By Mike Golembesky – Re-Blogged From http://www.Gold-Eagle.com
The US Dollar has continued to fall hitting a low of 92.72 on Monday, July 31st. The US Dollar also broke through shorter term support levels and is now closing in on long term support that could very well define the longer term trend over the next several years.
When most financial writers (to which I include myself) refer to the US Dollar they are typically referencing the DXY index. The DXY index is composed of 6 currency pairs that are based mostly in Europe. The Euro vs. the US Dollar makes up 58% of the DXY index with the Great British Pound, Swedish Krona and Swiss Franc making up an additional 19.7% of the index combined.
What this means is that the DXY Index, which is widely cited as the “US Dollar”, is really a basket of currencies as measured against the U.S. Dollar. 77% of this DXY Index are European currency pairs. The US Dollar vs. the Canadian Dollar and the U.S. Dollar vs. the Japanese Yen make up the remaining 23% of the index. This leaves a vast number of countries not represented at all within the DXY Index.
It is still useful to track the DXY as it is still a widely used barometer of the strength of the U.S. Dollar. The lack of diversity within the index does at times lead to divergences of currency pairs that are inside and outside of the Index. We can often use how much divergence is being seen in the DXY index to help to gauge the overall strength of the trend.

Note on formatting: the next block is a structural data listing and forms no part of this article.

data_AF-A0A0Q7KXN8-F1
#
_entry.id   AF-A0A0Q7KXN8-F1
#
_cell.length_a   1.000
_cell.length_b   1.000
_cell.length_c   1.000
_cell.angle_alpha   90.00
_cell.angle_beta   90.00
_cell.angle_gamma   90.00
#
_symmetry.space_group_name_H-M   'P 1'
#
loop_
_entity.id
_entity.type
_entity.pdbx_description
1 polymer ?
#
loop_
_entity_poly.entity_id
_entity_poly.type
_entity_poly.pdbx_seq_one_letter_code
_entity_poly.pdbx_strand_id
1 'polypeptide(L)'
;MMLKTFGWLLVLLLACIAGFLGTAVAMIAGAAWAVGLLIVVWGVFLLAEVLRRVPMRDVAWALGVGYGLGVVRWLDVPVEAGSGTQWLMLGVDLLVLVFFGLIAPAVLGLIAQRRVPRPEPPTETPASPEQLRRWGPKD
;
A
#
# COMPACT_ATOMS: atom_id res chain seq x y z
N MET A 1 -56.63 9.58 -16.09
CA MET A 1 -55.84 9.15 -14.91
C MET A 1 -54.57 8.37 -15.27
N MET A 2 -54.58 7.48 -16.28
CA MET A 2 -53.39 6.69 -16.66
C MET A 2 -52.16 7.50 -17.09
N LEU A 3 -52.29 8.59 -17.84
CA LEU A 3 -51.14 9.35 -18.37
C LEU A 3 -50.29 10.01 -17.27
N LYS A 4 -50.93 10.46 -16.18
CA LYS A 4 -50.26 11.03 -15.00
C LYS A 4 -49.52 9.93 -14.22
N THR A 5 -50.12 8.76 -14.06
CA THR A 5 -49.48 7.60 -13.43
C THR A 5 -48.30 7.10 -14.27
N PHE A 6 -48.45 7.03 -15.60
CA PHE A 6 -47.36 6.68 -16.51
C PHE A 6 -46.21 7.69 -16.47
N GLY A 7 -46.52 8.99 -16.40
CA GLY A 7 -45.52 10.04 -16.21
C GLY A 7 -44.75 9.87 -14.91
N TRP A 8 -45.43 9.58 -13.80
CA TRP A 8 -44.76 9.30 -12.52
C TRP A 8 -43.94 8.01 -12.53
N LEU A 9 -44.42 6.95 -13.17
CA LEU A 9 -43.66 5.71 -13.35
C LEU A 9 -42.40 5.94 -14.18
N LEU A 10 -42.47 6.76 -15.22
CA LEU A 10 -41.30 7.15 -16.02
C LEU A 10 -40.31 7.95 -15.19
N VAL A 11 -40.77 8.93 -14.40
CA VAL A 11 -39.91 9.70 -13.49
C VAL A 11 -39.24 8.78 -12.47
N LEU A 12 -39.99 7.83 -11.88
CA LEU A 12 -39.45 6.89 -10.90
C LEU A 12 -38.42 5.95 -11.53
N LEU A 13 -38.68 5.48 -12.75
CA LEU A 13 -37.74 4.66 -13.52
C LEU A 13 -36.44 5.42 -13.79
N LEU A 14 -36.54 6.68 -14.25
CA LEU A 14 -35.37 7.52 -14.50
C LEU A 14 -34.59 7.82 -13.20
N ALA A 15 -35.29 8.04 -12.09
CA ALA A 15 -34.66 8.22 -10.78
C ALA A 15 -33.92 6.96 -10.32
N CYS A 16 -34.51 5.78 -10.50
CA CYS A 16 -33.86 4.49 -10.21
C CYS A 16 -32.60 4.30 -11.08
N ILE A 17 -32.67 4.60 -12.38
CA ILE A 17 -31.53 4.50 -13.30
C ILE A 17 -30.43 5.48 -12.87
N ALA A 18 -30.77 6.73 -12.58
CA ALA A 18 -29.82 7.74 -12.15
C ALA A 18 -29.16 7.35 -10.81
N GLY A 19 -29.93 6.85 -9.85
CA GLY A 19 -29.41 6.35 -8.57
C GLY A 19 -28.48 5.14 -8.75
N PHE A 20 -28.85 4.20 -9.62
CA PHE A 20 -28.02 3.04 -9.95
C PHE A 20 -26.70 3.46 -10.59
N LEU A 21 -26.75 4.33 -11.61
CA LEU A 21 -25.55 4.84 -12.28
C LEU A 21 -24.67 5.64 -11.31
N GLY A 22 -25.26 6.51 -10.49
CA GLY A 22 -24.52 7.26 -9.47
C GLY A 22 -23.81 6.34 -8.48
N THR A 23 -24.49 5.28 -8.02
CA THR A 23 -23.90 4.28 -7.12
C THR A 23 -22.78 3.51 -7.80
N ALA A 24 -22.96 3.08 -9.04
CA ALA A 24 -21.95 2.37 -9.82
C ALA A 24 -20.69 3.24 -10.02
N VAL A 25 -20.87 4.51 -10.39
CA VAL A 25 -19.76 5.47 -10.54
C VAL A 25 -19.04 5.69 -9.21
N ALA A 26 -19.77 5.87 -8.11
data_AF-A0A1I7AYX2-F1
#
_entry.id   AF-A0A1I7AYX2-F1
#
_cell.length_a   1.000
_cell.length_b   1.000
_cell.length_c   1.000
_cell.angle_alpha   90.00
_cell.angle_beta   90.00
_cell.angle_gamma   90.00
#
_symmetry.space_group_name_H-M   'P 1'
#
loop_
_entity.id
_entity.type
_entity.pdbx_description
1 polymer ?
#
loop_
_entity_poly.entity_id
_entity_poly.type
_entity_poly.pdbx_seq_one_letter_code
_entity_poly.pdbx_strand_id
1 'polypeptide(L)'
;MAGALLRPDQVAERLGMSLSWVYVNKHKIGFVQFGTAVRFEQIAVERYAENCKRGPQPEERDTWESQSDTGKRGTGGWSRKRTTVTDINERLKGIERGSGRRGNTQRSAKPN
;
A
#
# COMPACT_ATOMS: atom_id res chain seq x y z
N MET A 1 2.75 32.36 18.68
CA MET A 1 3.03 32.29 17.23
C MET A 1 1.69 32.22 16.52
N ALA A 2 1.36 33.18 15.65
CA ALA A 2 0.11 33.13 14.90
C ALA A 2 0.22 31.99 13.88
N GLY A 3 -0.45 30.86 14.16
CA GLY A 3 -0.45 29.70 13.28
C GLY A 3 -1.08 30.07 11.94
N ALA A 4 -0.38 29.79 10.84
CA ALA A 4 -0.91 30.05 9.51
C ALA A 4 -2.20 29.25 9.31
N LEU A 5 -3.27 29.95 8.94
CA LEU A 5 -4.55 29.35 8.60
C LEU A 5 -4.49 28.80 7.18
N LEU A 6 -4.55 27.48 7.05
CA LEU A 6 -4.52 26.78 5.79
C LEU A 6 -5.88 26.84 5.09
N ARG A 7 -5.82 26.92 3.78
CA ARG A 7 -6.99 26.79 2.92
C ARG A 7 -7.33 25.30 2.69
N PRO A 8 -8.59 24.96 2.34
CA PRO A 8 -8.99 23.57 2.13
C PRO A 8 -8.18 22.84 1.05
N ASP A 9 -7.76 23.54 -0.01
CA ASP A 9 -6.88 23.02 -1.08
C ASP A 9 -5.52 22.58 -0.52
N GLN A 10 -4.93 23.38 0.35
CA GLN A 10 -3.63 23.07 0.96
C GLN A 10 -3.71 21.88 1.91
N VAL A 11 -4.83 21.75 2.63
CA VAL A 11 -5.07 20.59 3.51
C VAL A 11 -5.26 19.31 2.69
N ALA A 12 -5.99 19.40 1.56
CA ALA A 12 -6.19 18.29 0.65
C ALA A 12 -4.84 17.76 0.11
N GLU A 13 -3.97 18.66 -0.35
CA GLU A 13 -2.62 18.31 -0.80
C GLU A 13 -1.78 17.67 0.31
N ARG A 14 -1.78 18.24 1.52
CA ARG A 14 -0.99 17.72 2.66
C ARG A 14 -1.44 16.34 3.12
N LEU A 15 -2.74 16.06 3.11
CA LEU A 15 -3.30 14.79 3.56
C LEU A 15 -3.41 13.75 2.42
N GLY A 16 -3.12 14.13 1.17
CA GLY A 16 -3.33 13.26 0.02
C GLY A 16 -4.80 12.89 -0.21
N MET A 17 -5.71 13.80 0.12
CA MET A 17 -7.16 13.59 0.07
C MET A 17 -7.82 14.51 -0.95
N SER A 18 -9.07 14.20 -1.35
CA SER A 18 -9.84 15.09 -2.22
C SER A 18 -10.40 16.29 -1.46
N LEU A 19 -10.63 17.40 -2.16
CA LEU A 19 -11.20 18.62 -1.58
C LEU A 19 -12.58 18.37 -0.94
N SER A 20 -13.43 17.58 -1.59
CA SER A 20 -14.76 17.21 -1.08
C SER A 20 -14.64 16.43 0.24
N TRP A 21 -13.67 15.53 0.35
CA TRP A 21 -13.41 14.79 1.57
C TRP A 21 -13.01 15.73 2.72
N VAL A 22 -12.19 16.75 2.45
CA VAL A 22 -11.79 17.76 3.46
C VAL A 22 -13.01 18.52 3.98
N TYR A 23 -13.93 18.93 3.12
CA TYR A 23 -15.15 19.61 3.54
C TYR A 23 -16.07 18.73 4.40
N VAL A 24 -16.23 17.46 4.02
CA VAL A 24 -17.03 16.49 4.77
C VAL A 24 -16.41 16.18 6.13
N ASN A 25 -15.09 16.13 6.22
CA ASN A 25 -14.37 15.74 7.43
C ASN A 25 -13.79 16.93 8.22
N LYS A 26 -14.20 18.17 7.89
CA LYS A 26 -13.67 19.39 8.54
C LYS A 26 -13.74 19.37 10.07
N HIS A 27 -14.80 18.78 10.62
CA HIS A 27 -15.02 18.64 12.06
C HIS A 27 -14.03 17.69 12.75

The month of July saw some increased divergence with the component pairs of the DXY Index. This was in comparison to the relative lack of divergence that was seen from the January top into the August lows.
The US Dollar rose close to 1.6% against the Swiss Franc in July while the Index as whole moved down 2.39%. The Pound and the Yen also underperformed the DXY Index but did still move in higher against the US Dollar in July. The Canadian Dollar and the Swedish Krona outperformed the DXY Index with the U.S. Dollar vs. the Canadian Dollar dropping over 4% in July.
The price levels of the index do take precedence over all other indicators, divergences can still be useful. Currently, the increase in divergence does fit with the expectation that we should be close to either a corrective bounce or consolidation on the DXY. If and when this bounce/consolidation does occur I would expect the divergences in the component pairs of the DXY to continue to increase.